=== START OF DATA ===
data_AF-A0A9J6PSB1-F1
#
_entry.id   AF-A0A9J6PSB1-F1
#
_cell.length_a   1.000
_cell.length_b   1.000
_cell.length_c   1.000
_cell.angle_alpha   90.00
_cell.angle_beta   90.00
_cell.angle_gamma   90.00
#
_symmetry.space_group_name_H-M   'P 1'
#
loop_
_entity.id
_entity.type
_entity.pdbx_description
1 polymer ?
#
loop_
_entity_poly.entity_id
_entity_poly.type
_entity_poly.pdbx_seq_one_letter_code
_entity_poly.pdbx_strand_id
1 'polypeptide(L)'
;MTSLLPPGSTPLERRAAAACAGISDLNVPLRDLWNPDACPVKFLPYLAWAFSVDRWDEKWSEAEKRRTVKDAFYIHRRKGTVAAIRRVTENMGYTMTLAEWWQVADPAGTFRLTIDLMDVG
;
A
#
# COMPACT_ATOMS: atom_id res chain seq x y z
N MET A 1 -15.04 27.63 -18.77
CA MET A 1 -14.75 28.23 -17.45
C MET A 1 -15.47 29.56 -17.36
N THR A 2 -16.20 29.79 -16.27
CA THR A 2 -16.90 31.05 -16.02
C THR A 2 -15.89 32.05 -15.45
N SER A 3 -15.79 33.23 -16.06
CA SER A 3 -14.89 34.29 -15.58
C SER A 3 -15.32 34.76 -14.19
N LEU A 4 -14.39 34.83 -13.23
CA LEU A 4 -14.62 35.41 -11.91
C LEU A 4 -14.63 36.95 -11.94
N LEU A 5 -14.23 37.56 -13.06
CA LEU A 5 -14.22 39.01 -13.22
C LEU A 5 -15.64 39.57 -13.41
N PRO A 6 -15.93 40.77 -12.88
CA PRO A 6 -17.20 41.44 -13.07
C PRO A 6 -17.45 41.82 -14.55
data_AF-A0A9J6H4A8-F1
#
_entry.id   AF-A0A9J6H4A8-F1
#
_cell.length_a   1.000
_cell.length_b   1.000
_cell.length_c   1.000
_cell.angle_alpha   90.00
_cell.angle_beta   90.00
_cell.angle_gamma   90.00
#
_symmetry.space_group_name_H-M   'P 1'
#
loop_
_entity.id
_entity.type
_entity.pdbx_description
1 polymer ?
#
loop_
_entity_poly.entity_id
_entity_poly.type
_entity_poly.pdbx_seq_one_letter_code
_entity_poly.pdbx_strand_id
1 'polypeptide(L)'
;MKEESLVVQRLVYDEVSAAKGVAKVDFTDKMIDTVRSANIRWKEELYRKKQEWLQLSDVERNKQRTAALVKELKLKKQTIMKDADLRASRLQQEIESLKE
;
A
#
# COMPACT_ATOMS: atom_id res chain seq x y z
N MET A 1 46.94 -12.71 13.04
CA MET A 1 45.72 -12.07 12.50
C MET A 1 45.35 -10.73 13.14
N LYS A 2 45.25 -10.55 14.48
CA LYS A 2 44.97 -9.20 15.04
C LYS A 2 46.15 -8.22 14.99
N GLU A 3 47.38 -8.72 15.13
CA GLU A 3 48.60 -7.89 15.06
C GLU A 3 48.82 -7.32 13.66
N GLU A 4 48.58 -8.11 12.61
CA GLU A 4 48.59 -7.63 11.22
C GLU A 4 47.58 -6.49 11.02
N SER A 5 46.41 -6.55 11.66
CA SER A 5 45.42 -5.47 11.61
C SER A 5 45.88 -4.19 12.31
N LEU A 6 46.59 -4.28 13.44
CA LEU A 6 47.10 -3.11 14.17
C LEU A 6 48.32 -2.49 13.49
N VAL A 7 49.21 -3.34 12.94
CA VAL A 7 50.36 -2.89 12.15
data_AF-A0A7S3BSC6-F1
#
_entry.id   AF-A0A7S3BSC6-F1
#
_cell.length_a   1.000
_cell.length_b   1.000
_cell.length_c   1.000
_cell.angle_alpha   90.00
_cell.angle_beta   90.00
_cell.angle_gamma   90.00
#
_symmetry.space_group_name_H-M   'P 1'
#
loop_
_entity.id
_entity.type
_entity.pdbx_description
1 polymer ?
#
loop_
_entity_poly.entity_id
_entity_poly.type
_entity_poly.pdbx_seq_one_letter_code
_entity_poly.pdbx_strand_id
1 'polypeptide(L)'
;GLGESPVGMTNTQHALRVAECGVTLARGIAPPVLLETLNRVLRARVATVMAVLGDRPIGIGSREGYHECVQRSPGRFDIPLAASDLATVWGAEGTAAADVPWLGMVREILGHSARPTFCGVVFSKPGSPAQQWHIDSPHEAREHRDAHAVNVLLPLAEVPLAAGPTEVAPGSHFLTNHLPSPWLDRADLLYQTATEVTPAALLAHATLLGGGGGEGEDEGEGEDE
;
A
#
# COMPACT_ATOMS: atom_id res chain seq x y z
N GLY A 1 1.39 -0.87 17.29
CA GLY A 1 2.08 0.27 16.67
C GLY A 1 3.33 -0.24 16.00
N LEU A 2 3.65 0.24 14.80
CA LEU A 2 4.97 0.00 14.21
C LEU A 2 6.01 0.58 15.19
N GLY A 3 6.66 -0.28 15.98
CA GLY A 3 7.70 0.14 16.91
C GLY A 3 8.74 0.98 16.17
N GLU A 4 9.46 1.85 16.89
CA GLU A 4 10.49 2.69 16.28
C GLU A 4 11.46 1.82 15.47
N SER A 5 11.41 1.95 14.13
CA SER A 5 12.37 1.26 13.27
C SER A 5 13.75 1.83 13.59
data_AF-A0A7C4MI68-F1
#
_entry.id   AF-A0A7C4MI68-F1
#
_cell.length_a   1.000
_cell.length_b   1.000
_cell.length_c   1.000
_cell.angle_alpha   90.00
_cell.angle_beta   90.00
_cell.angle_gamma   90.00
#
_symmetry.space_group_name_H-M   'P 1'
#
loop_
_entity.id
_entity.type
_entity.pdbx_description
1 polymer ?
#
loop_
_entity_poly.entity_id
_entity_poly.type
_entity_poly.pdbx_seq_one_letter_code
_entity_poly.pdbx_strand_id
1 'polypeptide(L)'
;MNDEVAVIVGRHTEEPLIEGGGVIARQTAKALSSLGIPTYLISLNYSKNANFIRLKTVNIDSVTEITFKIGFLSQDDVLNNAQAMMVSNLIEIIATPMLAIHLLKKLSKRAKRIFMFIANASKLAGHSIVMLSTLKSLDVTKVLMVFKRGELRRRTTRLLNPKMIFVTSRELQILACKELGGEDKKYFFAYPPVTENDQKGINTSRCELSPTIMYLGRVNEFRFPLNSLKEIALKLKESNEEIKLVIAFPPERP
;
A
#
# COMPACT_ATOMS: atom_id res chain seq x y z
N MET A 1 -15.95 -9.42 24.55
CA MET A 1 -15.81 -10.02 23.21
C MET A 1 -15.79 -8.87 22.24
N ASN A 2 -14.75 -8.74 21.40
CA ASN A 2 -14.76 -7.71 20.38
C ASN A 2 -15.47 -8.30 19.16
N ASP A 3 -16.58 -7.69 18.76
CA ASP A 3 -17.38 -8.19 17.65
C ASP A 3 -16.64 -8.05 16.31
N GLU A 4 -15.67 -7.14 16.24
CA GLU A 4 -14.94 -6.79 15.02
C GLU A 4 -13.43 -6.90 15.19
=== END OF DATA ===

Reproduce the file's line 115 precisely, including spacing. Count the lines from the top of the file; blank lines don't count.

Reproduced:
_entity.pdbx_description